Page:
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Samuel Butler Quotes

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Everything matters more than we think it does, and, at the same time, nothing matters so much as we think it does. The merest spark may set all Europe in a blaze, but though all Europe be set in a blaze twenty times over, the world will wag itself right again.

Evil is like water, it abounds, is cheap, soon fouls, but runs itself clear of taint.

Faith - you can do very little with it, but you can do nothing without it.

Faith is a kind of betting, or speculation.

Fear is static that prevents me from hearing myself.

Feeling is an art and, like any other art, can be acquired by taking pains.

Fools for arguments use wagers.

For truth is precious and divine, too rich a pearl for carnal swine.

Friendship is like money, easier made than kept.

From a worldly point of view, there is no mistake so great as that of being always right.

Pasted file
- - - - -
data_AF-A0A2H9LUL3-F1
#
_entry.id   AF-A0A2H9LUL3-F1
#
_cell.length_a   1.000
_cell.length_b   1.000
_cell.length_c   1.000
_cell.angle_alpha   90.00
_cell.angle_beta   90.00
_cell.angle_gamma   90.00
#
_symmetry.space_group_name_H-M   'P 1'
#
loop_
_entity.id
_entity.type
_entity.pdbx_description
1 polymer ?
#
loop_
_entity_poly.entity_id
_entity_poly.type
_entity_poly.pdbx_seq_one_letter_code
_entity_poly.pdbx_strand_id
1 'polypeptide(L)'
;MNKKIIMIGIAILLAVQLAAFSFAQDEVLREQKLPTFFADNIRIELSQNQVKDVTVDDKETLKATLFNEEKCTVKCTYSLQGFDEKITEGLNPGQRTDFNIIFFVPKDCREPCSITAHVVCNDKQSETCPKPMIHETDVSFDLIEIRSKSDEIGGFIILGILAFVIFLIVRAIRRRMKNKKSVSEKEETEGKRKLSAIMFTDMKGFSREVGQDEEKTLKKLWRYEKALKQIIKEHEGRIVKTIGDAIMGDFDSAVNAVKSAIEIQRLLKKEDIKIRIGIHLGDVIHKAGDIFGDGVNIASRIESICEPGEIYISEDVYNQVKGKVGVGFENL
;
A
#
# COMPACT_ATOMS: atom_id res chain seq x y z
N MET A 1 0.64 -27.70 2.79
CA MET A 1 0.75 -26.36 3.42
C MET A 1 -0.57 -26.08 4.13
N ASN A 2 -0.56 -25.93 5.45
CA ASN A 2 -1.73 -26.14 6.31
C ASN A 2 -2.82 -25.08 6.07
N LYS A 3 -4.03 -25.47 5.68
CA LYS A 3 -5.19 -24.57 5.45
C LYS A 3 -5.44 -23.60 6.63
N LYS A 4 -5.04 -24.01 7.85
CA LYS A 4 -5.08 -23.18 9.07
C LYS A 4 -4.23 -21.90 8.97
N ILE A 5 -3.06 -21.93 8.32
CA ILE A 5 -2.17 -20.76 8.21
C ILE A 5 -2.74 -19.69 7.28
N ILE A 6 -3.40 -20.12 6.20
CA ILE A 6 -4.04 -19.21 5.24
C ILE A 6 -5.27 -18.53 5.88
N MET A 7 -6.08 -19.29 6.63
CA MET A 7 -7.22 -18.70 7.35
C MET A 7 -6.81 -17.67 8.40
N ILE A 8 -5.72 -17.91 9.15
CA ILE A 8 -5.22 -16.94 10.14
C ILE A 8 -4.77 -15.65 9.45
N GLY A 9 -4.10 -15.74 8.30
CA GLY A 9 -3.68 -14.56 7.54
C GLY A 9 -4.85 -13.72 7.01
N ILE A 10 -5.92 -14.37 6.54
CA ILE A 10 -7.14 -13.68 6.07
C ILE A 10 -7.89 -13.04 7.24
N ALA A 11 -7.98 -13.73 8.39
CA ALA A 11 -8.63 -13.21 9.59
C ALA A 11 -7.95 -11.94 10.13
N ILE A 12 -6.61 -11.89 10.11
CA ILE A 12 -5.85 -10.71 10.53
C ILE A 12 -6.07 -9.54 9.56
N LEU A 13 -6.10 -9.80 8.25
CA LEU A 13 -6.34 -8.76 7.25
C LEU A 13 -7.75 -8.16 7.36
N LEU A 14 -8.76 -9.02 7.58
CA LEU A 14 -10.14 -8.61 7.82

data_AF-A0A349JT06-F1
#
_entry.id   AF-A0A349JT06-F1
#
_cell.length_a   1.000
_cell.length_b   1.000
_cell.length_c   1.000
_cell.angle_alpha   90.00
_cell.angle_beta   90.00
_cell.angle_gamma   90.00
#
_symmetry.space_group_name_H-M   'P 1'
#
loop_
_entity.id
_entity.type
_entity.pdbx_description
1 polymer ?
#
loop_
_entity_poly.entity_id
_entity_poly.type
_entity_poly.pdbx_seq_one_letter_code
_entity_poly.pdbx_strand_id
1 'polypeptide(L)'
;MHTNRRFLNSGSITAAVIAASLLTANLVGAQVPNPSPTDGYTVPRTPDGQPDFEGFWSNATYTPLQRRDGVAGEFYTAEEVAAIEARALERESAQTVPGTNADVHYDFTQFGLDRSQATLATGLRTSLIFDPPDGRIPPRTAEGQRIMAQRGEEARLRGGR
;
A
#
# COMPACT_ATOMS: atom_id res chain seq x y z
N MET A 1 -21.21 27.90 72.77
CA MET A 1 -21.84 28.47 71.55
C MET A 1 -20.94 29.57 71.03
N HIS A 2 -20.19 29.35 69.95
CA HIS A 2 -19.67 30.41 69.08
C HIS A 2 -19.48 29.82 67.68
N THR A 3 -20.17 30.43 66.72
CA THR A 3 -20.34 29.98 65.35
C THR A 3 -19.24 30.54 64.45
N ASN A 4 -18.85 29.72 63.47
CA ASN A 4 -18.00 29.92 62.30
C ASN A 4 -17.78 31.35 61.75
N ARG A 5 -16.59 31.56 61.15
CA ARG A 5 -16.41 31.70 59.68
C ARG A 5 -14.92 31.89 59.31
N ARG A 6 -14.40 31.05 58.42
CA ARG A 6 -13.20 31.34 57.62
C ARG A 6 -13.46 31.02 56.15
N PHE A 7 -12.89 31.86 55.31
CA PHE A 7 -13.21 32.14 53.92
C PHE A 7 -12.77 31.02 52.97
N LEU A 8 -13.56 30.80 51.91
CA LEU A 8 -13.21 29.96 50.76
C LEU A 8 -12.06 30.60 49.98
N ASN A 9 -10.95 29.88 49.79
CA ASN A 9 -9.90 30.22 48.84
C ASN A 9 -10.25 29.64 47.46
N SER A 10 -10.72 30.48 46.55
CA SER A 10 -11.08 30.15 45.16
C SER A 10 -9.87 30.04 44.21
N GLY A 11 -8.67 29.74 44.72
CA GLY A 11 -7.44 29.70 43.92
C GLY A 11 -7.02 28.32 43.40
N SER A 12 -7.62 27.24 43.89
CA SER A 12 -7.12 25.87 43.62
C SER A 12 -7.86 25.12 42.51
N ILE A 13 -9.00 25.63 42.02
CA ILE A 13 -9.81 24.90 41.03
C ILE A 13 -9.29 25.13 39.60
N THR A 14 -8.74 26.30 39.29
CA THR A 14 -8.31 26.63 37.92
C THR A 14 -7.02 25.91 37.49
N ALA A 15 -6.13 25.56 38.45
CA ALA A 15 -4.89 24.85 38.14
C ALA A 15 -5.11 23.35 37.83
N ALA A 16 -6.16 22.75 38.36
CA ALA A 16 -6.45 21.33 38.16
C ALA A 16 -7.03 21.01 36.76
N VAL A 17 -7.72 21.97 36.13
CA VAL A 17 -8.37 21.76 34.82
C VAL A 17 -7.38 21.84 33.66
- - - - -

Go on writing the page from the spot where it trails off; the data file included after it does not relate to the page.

Genius...has been defined as a supreme capacity for taking trouble...It might be more fitly described as a supreme capacity for getting its possessors into trouble of all kinds and keeping them therein so long as the genius remains.

God and the Devil are an effort after specialization and the division of labor.

God as now generally conceived of is only the last witch.

God cannot alter the past, though historians can.

God does not intend people, and does not like people, to be too good. He likes them neither too good nor too bad, but a little too bad is more venial with him than a little too good.

God was satisfied with his own work, and that is fatal.

God's merits are so transcendent that it is not surprising his faults should be in reasonable proportion.

Half the vices which the world condemns most loudly have seeds of good in them and require moderate use rather than total abstinence.

Handel and Shakespeare have left us the best that any have left us; yet, in spite of this, how much of their lives was wasted.

He [the Philosopher] should have made many mistakes and been saved often by the skin of his teeth, for the skin of one's teeth is the most teaching thing about one. He should have been, or at any rate believed himself, a great fool and a great criminal. He should have cut himself adrift from society, and yet not be without society.

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